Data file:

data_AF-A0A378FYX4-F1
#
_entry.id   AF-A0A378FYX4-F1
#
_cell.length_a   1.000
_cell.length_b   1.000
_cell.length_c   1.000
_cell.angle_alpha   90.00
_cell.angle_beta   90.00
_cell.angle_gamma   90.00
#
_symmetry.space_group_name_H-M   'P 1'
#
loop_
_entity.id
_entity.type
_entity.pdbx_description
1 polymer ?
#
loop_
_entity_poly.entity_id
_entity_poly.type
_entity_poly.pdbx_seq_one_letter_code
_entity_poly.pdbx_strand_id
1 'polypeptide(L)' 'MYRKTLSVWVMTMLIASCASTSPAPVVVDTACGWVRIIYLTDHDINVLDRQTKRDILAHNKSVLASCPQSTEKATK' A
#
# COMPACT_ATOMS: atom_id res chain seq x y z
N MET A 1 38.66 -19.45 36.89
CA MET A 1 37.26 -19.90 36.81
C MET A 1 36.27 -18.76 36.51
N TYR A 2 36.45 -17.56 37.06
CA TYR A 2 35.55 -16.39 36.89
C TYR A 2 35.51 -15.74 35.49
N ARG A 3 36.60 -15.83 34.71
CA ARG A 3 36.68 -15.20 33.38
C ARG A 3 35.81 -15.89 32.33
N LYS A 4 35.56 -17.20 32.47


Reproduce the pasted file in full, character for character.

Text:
data_AF-A0A378FYX4-F1
#
_entry.id   AF-A0A378FYX4-F1
#
_cell.length_a   1.000
_cell.length_b   1.000
_cell.length_c   1.000
_cell.angle_alpha   90.00
_cell.angle_beta   90.00
_cell.angle_gamma   90.00
#
_symmetry.space_group_name_H-M   'P 1'
#
loop_
_entity.id
_entity.type
_entity.pdbx_description
1 polymer ?
#
loop_
_entity_poly.entity_id
_entity_poly.type
_entity_poly.pdbx_seq_one_letter_code
_entity_poly.pdbx_strand_id
1 'polypeptide(L)' 'MYRKTLSVWVMTMLIASCASTSPAPVVVDTACGWVRIIYLTDHDINVLDRQTKRDILAHNKSVLASCPQSTEKATK' A
#
# COMPACT_ATOMS: atom_id res chain seq x y z
N MET A 1 38.66 -19.45 36.89
CA MET A 1 37.26 -19.90 36.81
C MET A 1 36.27 -18.76 36.51
N TYR A 2 36.45 -17.56 37.06
CA TYR A 2 35.55 -16.39 36.89
C TYR A 2 35.51 -15.74 35.49
N ARG A 3 36.60 -15.83 34.71
CA ARG A 3 36.68 -15.20 33.38
C ARG A 3 35.81 -15.89 32.33
N LYS A 4 35.56 -17.20 32.47